Nursing student includes any male or female, 18 years of age or older, an academically passing junior or senior level baccalaureate, enrolled part-time or full-time, in a National League of Nursing Accredited Commission (NLNAC) or Commission of Collegiate Nursing Education (CCNE) accredited university or college. Nursing student also includes only those who can read and write English.


Attitude towards Gaming is the opinion that nursing students have about gaming as a teaching method. In this study, attitude towards gaming will be measured by the total score on the Attitude Toward Gaming Semantic Differential Instrument (ATG-SDI) (Appendix E).


Assumptions of the Study


This study is based on the following assumptions:


1. Baccalaureate nursing students’ meet Knowles principles of adult learning.


2. Baccalaureate nursing students’ in the experimental group will actively participate in the proposed game intervention in good faith.


3. Baccalaureate nursing students’ in both groups will answer the research questionnaires honestly and in good faith.


Significance of the Study


Nursing Research


The significance of this study in nursing education, science, and research, is noteworthy for several reasons. Currently, there is a limited amount of research available on the evaluation of gaming in adult education and in particular, nursing education (Jarvis, 2004). A review of the literature revealed that much has been written supporting the value of gaming in nursing education; however, most of the literature consisted only of opinion. A minimal amount of empirical evidence exists that demonstrates gaming to be more effective than traditional instructional strategies, such as lecture, for enhancing students’ knowledge in nursing education. In addition, little empirical research exists in assessing a game’s impact on knowledge retention. Using an instructional strategy like gaming may facilitate students’ immediate learning and retention of information better than a traditional method of instruction. In order to validate a game’s use and outcomes, research is needed. This study will begin to fill the current void existing in research-based evidence that supports the use of gaming in nursing education to enhance knowledge. Research is an essential component in the evaluation of instructional teaching strategies.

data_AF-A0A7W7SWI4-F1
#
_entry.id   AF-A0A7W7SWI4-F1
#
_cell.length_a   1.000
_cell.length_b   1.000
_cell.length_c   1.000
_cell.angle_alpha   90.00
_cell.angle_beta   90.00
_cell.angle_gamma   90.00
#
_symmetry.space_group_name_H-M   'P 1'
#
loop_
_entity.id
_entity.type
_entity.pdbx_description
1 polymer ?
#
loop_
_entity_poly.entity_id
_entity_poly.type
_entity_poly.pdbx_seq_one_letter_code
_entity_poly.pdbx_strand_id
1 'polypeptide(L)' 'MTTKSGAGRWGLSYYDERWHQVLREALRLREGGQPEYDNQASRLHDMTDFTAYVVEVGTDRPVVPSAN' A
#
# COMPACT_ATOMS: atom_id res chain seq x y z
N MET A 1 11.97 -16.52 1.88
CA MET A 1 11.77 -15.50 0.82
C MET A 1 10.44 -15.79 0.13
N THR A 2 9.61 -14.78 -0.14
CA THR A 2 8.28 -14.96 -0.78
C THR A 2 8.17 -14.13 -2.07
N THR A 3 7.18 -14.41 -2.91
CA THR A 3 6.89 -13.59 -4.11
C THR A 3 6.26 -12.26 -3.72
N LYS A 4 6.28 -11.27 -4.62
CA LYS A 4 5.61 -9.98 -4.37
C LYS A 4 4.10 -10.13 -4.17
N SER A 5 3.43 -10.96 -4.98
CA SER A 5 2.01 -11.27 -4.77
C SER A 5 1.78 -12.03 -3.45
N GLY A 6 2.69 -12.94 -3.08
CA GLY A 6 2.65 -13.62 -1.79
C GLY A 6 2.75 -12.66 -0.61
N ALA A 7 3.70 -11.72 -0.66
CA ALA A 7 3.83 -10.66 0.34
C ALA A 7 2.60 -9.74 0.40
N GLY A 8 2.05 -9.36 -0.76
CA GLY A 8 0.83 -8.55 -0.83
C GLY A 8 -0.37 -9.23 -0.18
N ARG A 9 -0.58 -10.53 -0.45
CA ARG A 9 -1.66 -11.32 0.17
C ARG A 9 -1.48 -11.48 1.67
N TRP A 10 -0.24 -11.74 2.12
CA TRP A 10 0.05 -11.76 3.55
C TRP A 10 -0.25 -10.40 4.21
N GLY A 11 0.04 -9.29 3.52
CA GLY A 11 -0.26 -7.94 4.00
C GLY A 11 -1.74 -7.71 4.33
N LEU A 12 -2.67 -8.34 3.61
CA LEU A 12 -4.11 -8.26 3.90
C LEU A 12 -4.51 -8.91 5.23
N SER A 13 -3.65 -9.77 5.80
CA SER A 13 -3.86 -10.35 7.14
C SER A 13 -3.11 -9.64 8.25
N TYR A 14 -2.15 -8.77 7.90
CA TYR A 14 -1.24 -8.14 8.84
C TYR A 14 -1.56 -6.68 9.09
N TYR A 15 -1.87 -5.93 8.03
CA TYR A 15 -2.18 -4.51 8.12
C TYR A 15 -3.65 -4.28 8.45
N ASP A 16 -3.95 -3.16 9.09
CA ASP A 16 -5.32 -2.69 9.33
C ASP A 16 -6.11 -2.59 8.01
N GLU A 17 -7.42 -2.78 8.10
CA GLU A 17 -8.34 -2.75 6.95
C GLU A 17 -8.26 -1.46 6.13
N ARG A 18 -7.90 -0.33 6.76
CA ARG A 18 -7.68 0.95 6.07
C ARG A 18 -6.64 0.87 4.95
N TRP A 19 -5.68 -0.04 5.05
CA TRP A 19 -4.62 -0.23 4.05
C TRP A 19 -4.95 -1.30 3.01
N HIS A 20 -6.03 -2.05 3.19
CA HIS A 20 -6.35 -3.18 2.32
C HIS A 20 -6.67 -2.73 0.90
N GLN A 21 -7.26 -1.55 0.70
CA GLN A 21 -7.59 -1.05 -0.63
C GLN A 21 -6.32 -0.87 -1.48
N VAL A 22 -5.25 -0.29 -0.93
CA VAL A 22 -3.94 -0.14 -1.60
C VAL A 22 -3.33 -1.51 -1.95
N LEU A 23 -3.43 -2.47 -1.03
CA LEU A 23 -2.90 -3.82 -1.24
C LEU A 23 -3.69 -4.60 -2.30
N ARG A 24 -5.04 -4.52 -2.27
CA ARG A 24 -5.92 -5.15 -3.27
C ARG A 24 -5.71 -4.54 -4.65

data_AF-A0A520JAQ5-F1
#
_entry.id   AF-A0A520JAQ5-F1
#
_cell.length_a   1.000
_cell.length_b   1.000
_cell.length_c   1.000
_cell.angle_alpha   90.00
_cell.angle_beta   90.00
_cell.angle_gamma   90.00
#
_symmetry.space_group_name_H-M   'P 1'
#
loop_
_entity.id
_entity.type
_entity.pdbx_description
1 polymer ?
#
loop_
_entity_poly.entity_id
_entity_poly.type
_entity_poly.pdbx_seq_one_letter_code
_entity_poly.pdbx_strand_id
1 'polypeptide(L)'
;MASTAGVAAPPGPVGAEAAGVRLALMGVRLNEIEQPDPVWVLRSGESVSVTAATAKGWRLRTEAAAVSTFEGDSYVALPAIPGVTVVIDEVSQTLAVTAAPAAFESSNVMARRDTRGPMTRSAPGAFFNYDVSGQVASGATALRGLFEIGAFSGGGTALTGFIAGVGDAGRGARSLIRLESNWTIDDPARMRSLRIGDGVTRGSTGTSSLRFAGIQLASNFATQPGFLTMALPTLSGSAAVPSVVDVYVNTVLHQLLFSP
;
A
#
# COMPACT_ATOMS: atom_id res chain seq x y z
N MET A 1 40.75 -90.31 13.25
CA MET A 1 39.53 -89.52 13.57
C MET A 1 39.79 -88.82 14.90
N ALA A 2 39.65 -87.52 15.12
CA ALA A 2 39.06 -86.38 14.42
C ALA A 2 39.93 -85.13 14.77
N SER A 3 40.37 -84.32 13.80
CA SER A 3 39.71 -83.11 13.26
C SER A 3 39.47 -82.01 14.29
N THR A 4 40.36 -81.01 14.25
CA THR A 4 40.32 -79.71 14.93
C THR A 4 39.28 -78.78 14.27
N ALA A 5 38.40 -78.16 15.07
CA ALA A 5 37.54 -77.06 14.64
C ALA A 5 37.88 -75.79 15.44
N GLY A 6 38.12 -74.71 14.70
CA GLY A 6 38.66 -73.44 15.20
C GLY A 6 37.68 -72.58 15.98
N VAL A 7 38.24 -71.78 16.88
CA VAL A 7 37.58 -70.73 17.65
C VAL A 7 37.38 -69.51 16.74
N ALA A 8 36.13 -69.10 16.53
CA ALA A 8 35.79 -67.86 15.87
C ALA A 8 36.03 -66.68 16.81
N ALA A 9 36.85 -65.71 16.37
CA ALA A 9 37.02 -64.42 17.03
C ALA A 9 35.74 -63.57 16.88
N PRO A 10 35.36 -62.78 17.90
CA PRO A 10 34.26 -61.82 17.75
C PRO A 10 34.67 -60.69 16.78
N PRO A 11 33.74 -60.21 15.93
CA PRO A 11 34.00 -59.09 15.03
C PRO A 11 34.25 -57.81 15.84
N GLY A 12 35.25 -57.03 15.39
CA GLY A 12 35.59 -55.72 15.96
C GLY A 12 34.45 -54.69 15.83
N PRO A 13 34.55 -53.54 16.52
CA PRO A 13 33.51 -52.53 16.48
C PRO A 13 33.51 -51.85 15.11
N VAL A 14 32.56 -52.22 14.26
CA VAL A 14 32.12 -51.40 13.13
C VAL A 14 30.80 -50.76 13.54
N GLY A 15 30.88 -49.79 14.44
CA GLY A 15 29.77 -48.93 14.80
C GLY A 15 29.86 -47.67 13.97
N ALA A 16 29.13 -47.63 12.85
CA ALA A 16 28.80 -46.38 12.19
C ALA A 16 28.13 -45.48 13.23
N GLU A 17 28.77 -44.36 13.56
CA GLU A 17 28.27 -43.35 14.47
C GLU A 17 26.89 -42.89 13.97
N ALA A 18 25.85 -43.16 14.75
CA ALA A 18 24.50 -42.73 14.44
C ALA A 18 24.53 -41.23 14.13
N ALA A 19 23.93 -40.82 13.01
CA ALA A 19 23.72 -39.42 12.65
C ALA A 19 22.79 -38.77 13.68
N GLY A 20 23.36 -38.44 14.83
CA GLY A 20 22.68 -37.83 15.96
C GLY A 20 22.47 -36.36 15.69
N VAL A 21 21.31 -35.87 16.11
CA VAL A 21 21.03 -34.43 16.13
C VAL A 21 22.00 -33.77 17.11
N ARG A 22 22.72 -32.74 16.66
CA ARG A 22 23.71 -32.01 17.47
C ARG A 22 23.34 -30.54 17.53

Nursing Education


This study is vital because it will add to the empirical knowledge base of gaming strategies for nursing education. The study will compare the effectiveness of a lecture and gaming vs. lecture only on enhancement of arterial blood gases by baccalaureate nursing students. The NLN (2003) stated that nursing curricula needs to be evidence-based and this study will serve to support this endeavor.


Additionally, this study may encourage nurse educators to incorporate a new instructional strategy. The NLN’s position statement on nursing education clearly states that nurse educators are central resources in preparing future nurses to provide quality care (2002). In order to graduate academically sound students, knowledge of nursing concepts must be retained. Educators are challenged with finding ways to enhance learning. If the use of gaming as an instructional learning strategy is found to be effective, nurse educators might feel more comfortable with incorporating it into the classroom.